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Students Darko Radakovic and Rachael Chambers of the master Earth Sciences presented their glacier experiment to the Dutch king Willem-Alexander at the occasion of 50 years of European cooperation in space on 16 December.

King Willem-Alexander during the sudent's presentation (Photo: ESA)

Royal presentation

Half a century of European cooperation in space was celebrated on 16 December at the European Space Research and Technology Centre (ESTEC) in Noordwijk. Earlier this year Students Darko Radakovic and Rachael chambers performed a unique glacier experiment inside ESTEC’s research centrifuge to study the effects of gravity on the flow of ice at the surface of planet Mars. During the King’s visit on 16 December a special session was dedicated to educational projects, amongst them was the project carried out by the two UvA master students. The student team was offered the unique opportunity to present their research project to His Majesty the King, Dutch astronaut André Kuipers and other dignitaries.

Students of the master Earth Sciences present their glacier experiment to King Willem Alexander. (Photos: ESA)

Glaciers inside a centrifuge

Glaciers flow under to the influence of gravity like rivers of ice through mountain valleys. By using an ice substitute the master students simulated glacial flows in special chutes. Effects of gravity on the flow could therefore be studied by subjecting the flowing ice substitute to artificially enhanced gravity inside ESTEC’s ‘Large Diameter Centrifuge’ research facility. The observed flow patterns allow the students to reconstruct how these ice flows behave under the lower force of gravity on Mars. The experiments were made possible by the educational programme ‘Spin Your Thesis’. Radakovic and Chambers won the 2014 competition and recently used the high-tech space research facility for performing their geoscience experiments.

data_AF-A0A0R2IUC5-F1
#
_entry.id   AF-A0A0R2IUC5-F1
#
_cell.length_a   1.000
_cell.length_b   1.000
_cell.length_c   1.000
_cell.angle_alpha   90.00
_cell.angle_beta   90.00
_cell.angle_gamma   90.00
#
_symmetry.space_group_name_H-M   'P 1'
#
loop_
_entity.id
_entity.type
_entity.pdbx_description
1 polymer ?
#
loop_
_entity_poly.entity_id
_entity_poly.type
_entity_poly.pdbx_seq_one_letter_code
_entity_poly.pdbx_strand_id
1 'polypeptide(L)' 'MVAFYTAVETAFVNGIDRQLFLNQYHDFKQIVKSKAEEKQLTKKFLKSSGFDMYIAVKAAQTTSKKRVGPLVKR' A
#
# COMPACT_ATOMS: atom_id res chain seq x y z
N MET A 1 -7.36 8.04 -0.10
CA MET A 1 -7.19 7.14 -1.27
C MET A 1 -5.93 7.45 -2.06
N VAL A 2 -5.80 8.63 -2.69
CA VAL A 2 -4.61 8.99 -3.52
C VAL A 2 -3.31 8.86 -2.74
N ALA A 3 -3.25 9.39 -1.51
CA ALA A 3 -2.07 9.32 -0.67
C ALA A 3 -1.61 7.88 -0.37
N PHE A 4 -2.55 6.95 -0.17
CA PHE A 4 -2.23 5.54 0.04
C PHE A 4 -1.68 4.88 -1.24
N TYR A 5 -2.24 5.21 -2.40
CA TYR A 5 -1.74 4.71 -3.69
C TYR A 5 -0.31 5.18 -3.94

A unique opportunity

The student’s supervising scientists, Dr Erik Cammeraat and Dr Sebastiaan de Vet of the Institute for Biodiversity and Ecosystem Dynamics (IBED) highlight the uniqueness of this opportunity for the students. ‘Presenting your own research to His Majesty the King is a rare and exceptional opportunity for students to show what motivates them in science. The special interest of the King in education simultaneously underlines the importance and success of these educational programmes for enthusing young scientists’, highlights De Vet. During the coming months the students and scientist will process their experiments to further unravel the influences of gravity on the glaciers found at the surface of Mars.

Video impression of the visit made by the Royal House (in Dutch)

50 year of European Cooperation in Space